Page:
- The Washington Times - Sunday, February 22, 2004

KUALA LUMPUR, Malaysia — Tens of thousands of animals and plants are being driven to extinction as countries fail to meet conservation targets set more than a decade ago, U.N. officials said at a major conference on biodiversity that continues until Friday.

Klaus Toepfer, executive director of the U.N. Environment Program, said human activities such as logging and overfishing rapidly are sending animal and plant species into oblivion.

Many countries have failed to meet commitments under the U.N. Convention on Biological Diversity, signed at the 1992 Earth Summit in Rio de Janeiro.

“We have to do more, not simply pay lip service,” Mr. Toepfer told reporters at the opening of the seventh Conference of the Parties to the biodiversity convention.

More than 2,000 government officials, scientists and environmentalists are attending the Feb. 9-27 conference. Delegates hope to refocus attention on environmental issues at a time when security and trade dominate the international agenda.

They also are exploring the creation of an international framework to help developing nations and indigenous people share in the benefits of commercial use of their natural resources.

At least 60,000 species worldwide become extinct each year, Mr. Toepfer said, mainly because of the “global development agenda” set by wealthy, industrialized nations, which consume most of the earth’s natural resources.

Canadian environmentalist David Suzuki said many countries emphasize industrialization and economic progress above environmental conservation, threatening “a major global ecological crisis.”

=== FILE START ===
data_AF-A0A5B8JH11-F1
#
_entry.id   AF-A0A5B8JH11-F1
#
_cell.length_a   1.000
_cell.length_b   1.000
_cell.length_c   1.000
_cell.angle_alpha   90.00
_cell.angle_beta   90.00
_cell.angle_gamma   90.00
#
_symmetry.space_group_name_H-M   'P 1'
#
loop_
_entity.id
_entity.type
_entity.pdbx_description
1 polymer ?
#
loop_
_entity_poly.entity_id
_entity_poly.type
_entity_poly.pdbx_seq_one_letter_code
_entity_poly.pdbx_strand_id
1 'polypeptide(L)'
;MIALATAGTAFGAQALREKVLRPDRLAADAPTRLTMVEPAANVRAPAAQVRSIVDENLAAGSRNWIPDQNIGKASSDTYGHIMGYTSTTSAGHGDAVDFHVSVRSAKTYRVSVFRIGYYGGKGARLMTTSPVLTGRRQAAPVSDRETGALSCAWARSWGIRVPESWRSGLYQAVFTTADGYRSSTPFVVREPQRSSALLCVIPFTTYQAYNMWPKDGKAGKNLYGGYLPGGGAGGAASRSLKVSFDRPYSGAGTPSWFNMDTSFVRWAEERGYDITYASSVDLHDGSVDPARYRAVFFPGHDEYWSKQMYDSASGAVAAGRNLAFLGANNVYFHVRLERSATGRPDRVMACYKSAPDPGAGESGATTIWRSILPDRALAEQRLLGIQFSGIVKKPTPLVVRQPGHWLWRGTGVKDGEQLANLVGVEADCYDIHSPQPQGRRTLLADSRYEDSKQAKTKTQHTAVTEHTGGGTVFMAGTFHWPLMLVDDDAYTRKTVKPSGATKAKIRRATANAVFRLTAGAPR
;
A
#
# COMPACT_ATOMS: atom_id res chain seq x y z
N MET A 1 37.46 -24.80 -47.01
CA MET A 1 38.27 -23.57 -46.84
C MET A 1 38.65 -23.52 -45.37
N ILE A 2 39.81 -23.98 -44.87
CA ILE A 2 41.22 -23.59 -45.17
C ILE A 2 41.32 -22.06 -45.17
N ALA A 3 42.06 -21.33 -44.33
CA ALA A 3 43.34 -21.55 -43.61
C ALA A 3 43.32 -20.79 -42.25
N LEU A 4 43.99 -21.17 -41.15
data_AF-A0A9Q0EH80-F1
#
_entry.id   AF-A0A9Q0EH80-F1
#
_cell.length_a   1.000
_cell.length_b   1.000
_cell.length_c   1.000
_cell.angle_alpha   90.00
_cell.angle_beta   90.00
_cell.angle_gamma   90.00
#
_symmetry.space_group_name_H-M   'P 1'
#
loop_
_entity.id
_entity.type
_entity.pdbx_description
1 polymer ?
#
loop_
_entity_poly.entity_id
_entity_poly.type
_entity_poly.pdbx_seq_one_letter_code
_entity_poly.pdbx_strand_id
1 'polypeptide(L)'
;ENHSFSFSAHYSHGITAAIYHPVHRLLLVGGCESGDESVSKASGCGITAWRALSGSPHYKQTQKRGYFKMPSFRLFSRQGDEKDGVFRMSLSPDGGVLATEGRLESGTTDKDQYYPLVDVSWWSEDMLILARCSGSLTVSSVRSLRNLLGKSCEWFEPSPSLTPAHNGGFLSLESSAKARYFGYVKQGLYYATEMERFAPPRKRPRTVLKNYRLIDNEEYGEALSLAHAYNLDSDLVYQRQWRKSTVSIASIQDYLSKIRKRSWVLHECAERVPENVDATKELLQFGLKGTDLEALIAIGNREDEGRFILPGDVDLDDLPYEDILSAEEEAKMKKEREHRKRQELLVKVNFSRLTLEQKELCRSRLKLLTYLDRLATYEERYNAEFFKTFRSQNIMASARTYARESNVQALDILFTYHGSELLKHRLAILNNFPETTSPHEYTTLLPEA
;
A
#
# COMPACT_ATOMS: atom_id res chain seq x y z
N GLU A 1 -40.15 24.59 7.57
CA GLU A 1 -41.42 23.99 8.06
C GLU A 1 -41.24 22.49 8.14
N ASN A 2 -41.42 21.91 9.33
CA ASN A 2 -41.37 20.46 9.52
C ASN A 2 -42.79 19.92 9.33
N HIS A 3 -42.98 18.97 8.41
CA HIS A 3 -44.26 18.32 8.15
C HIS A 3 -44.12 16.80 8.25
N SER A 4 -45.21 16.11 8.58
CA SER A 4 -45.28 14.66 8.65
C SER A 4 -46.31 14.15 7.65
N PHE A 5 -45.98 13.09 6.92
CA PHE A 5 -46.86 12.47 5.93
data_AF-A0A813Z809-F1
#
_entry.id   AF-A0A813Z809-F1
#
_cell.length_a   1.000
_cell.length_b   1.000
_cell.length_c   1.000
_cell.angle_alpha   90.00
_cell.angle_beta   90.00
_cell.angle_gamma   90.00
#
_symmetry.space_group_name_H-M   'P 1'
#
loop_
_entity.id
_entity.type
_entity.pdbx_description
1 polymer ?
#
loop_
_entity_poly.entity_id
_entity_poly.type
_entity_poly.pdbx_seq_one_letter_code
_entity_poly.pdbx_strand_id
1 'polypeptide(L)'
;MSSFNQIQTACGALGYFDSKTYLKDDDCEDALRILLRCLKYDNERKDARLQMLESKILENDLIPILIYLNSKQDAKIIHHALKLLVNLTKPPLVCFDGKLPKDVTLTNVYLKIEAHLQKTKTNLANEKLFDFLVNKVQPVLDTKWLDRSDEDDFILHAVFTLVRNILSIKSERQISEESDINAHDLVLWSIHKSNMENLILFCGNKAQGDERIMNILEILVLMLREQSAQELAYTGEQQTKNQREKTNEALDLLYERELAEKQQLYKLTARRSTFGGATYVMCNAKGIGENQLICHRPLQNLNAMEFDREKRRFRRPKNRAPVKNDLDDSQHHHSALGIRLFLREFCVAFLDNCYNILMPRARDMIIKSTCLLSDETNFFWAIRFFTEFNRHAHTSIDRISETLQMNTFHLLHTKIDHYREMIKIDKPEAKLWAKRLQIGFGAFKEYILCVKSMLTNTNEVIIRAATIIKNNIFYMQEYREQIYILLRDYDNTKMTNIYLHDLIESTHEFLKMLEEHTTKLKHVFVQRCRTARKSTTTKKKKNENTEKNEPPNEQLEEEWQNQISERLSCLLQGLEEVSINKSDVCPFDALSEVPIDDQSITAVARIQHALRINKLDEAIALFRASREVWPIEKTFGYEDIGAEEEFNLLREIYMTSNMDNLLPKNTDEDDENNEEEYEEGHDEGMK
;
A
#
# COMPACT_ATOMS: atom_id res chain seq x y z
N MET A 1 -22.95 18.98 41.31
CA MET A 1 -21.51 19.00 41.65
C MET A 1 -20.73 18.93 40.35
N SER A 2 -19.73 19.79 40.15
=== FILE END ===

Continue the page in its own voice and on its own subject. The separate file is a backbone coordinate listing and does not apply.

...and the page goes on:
“If China, Brazil, India and Indonesia all destroy their ecosystems and natural habitats like developed nations have done, how can nature keep supplying the resources that human beings need?” Mr. Suzuki told reporters.

Reports issued at the opening of the conference two weeks ago included a U.N. study on agricultural expansion, mining, logging and other activities threatening mountain forests, which are home to numerous endangered species and are a water source for billions of people in Asia, South America and Africa.

Deforestation, climate changes and poaching are devastating plant and animal populations in mountain regions, including the spectacled bear in the Andes, the great apes of Africa, fruit-eating birds in Colombia and butterflies in northern Vietnam, the U.N. report said.

The United States has yet to ratify the treaty, and other countries have done little to implement safe-habitat proposals for endangered species.

In Brussels, European Union Environment Commissioner Margot Wallstrom urged the conference to agree on a “global network of protected areas” to halt the species loss.

The European Union issued figures showing 52 percent of freshwater fish, 42 percent of mammals and 15 percent of birds across Europe are threatened.

“We need to act now. We need a global policy on biodiversity, biosafety and biotechnology,” said Mrs. Wallstrom, who arrived at the conference last week to push Europe’s point of view.

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